Meet the American Kennel Club's Newest Dog Breed | NBC Southern California
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Meet the American Kennel Club's Newest Dog Breed

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    Thomas Pitera/The American Kennel Club via AP
    In this undated photo provided by the American Kennel Club, a pumi is shown. The high-energy Hungarian herding dog is the latest new breed headed to the Westminster Kennel Club and many other U.S. dog shows. The American Kennel Club is announcing Wednesday, June 22, 2016, that it is recognizing the pumi. It's the 190th breed to join the roster of the nation's oldest purebred dog registry.

    A high-energy Hungarian herding dog is the latest new breed headed to the Westminster Kennel Club and many other U.S. dog shows.

    The American Kennel Club is announcing Wednesday that it is recognizing the pumi, the 190th breed to join the roster of the nation's oldest purebred dog registry. That means the pumi can vie for best of breed at Westminster for the first time next February.

    With coats of corkscrew curls and ears that flop at the tips, the pumi (pronounced POOM'-ee) has a whimsical expression that belies its strong work ethic, fanciers say. The 20-to-30-pound breed goes back centuries in Hungary, where it herded cattle, sheep, and swine. It's related to the puli, a breed already recognized by the AKC and known for its coat of long cords.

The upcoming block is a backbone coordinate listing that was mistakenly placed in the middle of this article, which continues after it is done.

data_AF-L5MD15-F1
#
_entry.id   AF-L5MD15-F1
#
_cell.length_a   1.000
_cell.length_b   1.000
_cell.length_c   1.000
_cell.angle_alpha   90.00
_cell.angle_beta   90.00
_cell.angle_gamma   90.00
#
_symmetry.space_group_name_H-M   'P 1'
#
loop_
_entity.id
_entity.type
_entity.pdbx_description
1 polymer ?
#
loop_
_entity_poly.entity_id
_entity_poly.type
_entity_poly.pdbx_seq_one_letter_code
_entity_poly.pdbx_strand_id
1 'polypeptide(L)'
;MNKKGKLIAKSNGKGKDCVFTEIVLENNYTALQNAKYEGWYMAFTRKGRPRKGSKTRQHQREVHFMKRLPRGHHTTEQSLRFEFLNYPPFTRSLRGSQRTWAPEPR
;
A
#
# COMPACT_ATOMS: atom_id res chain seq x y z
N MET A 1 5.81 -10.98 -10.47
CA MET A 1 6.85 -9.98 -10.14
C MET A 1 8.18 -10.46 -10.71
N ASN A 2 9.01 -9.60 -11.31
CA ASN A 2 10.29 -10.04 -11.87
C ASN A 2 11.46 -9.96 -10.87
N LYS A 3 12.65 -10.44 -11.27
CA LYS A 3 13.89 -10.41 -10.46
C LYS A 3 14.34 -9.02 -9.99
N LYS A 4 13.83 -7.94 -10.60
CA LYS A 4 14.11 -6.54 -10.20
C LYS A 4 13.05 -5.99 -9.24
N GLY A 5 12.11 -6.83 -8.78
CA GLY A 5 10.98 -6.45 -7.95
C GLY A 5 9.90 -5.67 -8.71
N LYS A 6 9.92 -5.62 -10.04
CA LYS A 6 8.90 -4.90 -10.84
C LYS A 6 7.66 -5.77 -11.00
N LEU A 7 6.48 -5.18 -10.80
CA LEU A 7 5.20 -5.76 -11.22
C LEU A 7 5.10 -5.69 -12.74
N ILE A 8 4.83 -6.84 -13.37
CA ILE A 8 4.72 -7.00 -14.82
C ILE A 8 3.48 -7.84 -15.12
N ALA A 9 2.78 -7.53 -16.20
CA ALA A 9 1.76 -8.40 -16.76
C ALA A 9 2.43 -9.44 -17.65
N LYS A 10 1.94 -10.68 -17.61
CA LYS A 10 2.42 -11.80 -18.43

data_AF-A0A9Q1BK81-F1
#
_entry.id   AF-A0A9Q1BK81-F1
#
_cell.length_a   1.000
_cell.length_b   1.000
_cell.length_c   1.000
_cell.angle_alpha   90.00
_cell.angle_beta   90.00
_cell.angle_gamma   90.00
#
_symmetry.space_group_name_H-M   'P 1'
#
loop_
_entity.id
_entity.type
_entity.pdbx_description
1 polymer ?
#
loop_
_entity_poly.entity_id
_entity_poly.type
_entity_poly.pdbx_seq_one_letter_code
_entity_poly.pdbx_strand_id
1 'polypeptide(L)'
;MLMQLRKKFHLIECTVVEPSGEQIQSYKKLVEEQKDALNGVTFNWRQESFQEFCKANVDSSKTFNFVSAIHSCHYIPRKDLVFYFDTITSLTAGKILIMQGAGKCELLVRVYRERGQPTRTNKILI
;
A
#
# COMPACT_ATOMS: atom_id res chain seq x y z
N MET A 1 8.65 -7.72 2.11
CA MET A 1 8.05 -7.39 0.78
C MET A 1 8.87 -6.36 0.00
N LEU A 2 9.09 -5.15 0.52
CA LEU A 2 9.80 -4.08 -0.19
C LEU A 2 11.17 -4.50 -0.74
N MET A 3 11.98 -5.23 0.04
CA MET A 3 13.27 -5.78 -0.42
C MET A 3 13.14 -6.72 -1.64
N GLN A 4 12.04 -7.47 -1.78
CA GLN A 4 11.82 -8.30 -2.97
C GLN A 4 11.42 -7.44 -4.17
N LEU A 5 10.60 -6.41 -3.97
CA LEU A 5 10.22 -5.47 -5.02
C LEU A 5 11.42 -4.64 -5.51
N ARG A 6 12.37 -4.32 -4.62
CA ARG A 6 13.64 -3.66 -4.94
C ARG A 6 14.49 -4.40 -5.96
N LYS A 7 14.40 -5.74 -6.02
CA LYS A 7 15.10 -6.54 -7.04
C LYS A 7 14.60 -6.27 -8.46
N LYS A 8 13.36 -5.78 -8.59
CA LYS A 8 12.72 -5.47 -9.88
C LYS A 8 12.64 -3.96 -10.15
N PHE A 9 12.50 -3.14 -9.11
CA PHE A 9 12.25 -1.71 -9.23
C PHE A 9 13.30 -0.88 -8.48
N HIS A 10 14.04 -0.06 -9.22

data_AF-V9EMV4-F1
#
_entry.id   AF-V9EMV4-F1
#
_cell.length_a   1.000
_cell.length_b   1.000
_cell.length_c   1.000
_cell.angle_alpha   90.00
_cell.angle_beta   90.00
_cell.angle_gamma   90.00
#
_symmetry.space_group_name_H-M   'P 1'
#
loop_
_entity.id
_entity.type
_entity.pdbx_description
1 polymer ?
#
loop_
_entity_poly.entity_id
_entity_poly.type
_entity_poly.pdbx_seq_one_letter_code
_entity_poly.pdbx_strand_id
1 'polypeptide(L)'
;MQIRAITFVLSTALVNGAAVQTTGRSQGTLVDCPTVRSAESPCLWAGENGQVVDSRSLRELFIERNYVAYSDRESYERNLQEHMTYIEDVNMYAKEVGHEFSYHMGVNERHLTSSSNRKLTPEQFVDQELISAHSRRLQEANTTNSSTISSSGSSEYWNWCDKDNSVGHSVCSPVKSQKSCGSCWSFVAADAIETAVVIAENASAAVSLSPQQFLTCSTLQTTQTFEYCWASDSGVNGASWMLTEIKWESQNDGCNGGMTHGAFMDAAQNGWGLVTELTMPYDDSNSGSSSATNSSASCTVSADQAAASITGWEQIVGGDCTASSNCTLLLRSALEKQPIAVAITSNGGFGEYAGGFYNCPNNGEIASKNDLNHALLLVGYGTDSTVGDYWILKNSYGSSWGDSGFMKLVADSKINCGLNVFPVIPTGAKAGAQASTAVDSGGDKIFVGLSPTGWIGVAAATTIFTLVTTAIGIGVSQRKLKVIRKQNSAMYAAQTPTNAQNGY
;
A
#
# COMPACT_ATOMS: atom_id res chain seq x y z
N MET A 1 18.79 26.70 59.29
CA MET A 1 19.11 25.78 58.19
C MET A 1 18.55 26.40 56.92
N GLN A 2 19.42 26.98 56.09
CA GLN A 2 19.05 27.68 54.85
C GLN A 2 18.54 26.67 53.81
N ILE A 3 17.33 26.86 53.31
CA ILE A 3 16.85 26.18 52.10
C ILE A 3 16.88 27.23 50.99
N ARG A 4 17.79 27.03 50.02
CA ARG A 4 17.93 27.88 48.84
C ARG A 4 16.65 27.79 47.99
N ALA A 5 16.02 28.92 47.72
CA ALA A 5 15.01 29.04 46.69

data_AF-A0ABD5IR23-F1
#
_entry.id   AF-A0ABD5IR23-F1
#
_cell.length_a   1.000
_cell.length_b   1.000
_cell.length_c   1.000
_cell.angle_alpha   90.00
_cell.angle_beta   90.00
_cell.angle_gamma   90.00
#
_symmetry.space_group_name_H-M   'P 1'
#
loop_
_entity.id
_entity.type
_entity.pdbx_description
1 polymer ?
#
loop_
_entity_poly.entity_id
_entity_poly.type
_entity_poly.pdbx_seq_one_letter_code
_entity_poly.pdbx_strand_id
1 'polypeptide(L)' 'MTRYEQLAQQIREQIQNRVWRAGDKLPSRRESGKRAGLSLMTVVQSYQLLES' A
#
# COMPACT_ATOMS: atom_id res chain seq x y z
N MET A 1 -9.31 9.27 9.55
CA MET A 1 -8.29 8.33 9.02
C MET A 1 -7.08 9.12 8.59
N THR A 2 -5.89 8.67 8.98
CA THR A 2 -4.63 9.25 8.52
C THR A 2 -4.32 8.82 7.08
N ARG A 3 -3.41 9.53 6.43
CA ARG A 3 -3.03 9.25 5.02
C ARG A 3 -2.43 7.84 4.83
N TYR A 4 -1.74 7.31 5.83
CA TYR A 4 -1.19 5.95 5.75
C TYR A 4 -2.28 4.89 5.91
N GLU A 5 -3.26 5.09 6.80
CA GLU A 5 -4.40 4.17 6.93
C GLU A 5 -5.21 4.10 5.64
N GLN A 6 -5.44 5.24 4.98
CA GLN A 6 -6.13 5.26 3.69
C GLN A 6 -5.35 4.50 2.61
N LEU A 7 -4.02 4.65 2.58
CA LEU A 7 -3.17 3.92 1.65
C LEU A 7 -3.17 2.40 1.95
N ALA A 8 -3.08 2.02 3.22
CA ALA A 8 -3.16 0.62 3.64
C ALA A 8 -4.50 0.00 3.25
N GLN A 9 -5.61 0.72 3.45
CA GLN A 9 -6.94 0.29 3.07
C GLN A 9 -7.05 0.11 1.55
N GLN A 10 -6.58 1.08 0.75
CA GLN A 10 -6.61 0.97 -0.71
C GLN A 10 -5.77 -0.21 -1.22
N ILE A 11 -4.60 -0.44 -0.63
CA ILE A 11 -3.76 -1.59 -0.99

Like many herding dogs, pumis — the proper plural is actually "pumik" — are alert and active.

    "They're not for somebody who's going to sit and watch TV all day long," said Chris Levy, president of the Hungarian Pumi Club of America. But if provided with enough exercise and stimulation, "the pumi can chill out."

    Considered quick learners, pumis have done well at agility and other canine sports. Some in the U.S. also herd rabbits, chickens, goats and even cats in a cattery, said Levy, who breeds the dogs in Salem, Oregon. She and others have been working to build up the breed in the U.S. for two decades, but it's still quite rare.

    AKC recognition requires having at least 300 dogs of the breed nationwide, among other criteria. Two other new breeds, the American hairless terrier and an ancient North African hound called the sloughi, were recognized this past January and will also be eligible for Westminster for the first time next year.

    Some animal-rights advocates say dog breeding is too appearance-focused and irresponsible when many mixed-breed animals need adoption. The AKC says conscientious breeding helps people and pets make happy matches by making the animals' characteristics somewhat more predictable.

    More than 53,000 pets were adopted through the 2016 Clear the Shelters campaign, a nationwide push to place deserving animals in forever homes. Join the conversation on social media using #ClearTheShelters.